Russia struggles to supply S-400 systems to India amid the war in Ukraine.

The Indian Air Force has been forced to cut its FY2023 budget forecasts due to Russia’s delayed delivery of a major air defense system. A parliamentary group has been told.

The media have reported that the report of the parliamentary group, presented in Parliament at the end of March 2023, claimed that the large air defense system was nothing more than the S-400 missiles purchased from the Russian Federation.

S-400 for India

According to an earlier report by EurAsian Times from October 2018, India secured a $5.5 billion deal with Russia to purchase five S-400 missile systems.

The exact words of the representative of the Indian Air Force (IAF), quoted by the Indian media, were: “There is an important project… where the deliveries have been stopped due to the war (which is) going on. So we had a major delivery this year, which won’t happen.”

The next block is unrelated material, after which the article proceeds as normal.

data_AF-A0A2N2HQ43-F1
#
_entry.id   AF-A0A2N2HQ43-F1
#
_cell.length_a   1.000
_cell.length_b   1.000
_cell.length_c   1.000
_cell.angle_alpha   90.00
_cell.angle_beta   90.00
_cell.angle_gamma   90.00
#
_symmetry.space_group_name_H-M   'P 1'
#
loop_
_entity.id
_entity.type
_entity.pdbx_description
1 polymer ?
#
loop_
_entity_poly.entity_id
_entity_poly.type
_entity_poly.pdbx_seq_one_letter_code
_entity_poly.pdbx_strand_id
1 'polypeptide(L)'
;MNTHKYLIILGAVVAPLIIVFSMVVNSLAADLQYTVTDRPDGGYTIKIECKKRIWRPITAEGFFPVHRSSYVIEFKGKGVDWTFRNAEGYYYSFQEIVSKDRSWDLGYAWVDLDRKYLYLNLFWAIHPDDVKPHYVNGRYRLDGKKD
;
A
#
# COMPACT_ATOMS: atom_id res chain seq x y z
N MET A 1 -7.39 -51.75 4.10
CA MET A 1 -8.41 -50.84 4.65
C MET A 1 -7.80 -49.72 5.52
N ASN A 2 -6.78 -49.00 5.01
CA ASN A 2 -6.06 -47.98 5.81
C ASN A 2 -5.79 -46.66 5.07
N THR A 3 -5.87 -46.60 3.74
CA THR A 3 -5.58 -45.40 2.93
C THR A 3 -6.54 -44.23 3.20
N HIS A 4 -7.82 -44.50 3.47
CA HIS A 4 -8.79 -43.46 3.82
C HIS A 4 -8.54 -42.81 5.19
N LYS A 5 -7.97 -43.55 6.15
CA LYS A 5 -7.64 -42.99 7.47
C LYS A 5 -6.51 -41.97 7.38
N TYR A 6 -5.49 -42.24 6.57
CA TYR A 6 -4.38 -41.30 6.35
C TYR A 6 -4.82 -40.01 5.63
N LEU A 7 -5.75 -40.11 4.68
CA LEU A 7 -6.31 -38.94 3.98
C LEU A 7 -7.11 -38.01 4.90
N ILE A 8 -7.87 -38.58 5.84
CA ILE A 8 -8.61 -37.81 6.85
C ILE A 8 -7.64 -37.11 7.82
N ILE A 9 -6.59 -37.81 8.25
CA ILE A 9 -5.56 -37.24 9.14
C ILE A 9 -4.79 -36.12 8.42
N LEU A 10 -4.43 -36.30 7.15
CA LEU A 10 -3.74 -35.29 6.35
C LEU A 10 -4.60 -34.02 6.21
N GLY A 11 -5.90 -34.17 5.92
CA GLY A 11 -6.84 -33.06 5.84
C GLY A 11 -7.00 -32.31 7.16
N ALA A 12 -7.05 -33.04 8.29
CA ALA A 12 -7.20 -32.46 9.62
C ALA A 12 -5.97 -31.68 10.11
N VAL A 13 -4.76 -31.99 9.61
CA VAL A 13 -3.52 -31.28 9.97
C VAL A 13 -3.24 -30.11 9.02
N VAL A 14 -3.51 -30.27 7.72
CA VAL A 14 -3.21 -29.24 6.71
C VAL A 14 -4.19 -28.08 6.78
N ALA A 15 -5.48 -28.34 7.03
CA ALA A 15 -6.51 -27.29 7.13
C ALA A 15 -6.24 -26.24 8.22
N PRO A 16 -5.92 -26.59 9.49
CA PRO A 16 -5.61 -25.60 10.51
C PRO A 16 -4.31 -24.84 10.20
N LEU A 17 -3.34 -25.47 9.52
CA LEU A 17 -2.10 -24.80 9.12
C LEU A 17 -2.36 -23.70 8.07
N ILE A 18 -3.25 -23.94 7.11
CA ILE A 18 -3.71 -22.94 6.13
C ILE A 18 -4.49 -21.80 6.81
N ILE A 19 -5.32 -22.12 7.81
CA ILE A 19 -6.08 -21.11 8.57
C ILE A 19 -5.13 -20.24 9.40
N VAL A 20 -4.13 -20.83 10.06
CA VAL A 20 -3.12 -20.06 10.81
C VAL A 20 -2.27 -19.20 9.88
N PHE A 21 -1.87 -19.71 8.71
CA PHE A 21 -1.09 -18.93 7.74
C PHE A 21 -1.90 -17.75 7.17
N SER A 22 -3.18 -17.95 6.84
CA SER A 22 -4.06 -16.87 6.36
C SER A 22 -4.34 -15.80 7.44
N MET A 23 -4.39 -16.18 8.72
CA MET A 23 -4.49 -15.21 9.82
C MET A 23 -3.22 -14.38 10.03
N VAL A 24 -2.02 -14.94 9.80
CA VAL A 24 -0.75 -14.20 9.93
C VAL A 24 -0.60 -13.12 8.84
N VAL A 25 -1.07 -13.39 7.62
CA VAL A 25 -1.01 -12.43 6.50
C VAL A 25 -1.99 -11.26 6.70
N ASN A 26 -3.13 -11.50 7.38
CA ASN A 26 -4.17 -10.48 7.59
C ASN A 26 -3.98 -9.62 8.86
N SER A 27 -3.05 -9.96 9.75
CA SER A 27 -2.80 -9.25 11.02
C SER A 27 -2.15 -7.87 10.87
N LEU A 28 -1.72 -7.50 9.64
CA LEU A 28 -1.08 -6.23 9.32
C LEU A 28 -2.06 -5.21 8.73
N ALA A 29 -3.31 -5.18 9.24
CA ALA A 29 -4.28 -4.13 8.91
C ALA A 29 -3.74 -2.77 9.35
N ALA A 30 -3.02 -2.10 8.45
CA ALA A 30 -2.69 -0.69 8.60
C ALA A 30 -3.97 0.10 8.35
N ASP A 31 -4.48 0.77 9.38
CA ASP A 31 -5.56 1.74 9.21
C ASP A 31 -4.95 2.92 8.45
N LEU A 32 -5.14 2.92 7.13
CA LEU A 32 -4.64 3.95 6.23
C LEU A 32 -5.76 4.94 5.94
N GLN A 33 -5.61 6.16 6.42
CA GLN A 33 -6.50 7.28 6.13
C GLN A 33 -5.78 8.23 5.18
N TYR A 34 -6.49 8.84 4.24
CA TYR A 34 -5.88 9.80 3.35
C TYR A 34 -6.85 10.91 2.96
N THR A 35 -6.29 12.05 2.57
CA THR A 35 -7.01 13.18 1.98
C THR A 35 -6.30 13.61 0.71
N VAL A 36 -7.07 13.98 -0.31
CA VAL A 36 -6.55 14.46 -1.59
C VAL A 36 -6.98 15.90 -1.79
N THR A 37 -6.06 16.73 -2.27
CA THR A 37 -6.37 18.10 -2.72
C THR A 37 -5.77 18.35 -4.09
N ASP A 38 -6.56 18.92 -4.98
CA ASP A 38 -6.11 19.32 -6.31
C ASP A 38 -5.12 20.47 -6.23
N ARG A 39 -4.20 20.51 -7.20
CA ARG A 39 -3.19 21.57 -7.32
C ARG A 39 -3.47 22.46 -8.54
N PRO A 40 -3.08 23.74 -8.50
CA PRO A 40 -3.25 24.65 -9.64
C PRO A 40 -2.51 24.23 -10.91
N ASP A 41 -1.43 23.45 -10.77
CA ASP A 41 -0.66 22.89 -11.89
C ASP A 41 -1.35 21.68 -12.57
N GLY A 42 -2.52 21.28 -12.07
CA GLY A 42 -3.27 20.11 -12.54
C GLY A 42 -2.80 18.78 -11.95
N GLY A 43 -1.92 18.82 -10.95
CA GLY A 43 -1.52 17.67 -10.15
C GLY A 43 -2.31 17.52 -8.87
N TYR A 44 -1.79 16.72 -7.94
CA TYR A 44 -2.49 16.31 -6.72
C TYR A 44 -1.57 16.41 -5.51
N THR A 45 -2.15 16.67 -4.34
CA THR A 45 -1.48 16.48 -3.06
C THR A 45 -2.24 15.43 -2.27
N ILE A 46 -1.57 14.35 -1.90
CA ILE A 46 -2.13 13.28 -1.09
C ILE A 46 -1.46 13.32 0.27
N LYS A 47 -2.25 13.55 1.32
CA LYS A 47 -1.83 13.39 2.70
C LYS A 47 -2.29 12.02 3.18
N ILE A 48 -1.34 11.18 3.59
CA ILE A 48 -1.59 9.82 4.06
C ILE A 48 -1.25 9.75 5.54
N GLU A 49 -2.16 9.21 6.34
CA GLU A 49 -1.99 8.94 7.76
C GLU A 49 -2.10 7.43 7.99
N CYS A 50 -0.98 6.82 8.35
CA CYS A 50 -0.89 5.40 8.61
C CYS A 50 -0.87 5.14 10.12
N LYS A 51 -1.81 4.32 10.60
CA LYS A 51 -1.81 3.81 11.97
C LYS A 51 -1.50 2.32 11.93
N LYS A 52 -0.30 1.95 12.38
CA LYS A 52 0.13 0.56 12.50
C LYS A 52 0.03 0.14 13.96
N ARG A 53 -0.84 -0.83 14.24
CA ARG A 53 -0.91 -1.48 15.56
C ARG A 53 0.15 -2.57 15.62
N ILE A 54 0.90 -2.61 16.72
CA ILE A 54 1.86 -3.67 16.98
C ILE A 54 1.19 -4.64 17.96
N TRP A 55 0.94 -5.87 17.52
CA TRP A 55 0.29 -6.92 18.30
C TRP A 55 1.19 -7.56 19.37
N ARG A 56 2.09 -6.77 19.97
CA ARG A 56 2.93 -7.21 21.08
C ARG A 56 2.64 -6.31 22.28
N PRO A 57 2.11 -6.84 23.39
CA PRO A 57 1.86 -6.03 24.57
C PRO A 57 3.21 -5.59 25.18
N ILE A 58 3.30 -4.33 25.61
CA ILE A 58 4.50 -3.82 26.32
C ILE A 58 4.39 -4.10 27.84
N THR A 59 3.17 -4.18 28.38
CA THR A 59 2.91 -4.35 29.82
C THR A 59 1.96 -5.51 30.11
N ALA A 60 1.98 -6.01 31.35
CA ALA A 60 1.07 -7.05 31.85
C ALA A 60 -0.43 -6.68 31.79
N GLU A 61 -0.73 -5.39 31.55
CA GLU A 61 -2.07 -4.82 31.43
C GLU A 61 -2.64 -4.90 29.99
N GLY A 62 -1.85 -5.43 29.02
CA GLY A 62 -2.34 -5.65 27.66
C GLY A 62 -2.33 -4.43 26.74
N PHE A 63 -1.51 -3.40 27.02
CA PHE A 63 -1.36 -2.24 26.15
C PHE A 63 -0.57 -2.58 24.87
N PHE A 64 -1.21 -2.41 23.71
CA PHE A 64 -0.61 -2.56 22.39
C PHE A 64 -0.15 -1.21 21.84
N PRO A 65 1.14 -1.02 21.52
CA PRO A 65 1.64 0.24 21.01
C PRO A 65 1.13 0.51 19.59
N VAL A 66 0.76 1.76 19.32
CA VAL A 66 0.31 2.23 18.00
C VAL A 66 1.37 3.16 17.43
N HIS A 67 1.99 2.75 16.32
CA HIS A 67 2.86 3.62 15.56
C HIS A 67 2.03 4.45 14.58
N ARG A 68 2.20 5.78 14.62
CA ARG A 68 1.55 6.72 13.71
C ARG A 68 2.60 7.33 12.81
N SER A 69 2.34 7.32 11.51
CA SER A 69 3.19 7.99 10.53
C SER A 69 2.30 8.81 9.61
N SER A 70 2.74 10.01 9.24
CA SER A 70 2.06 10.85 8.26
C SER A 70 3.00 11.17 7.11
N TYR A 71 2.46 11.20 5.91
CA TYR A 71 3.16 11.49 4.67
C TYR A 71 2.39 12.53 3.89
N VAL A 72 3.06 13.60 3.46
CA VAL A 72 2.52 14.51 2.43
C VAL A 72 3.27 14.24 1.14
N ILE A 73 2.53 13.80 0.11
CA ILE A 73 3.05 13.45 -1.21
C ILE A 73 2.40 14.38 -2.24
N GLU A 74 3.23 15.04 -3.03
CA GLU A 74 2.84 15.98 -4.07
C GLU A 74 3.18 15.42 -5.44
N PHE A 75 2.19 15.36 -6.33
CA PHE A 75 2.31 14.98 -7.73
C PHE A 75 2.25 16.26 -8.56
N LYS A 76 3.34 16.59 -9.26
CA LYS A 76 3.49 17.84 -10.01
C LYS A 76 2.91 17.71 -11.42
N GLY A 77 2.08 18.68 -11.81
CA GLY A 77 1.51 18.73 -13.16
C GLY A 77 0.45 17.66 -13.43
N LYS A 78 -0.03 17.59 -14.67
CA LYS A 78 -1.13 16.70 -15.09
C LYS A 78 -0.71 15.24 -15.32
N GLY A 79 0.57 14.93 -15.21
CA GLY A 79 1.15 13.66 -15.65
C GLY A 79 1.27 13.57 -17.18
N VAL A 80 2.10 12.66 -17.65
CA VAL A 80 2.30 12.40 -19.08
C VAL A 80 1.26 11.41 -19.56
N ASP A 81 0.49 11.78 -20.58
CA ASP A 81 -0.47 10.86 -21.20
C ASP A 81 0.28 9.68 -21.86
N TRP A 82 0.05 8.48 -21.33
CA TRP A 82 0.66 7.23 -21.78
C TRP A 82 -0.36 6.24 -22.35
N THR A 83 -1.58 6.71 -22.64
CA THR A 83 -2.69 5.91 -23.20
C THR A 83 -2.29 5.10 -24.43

“They have informed us in writing that they cannot deliver it. That’s why most of the (capex) projection has been reduced.” Presumably, the FAI official was speaking about the S-400 system.

What went wrong?

The Russian Special Military Operation (SMO) launch in February 2022 did not significantly damage Russia’s ability to complete its contractual obligations to supply India with military weapons and replacement parts.

Russia probably intended for the military operation to be brief but decisive in its outcome. Based on such an assumption, Putin kept delivering S-400 regiments to India as per the contract, even after the SMO had begun. The second regiment’s supplies started arriving in July 2022, and the third’s in January 2023.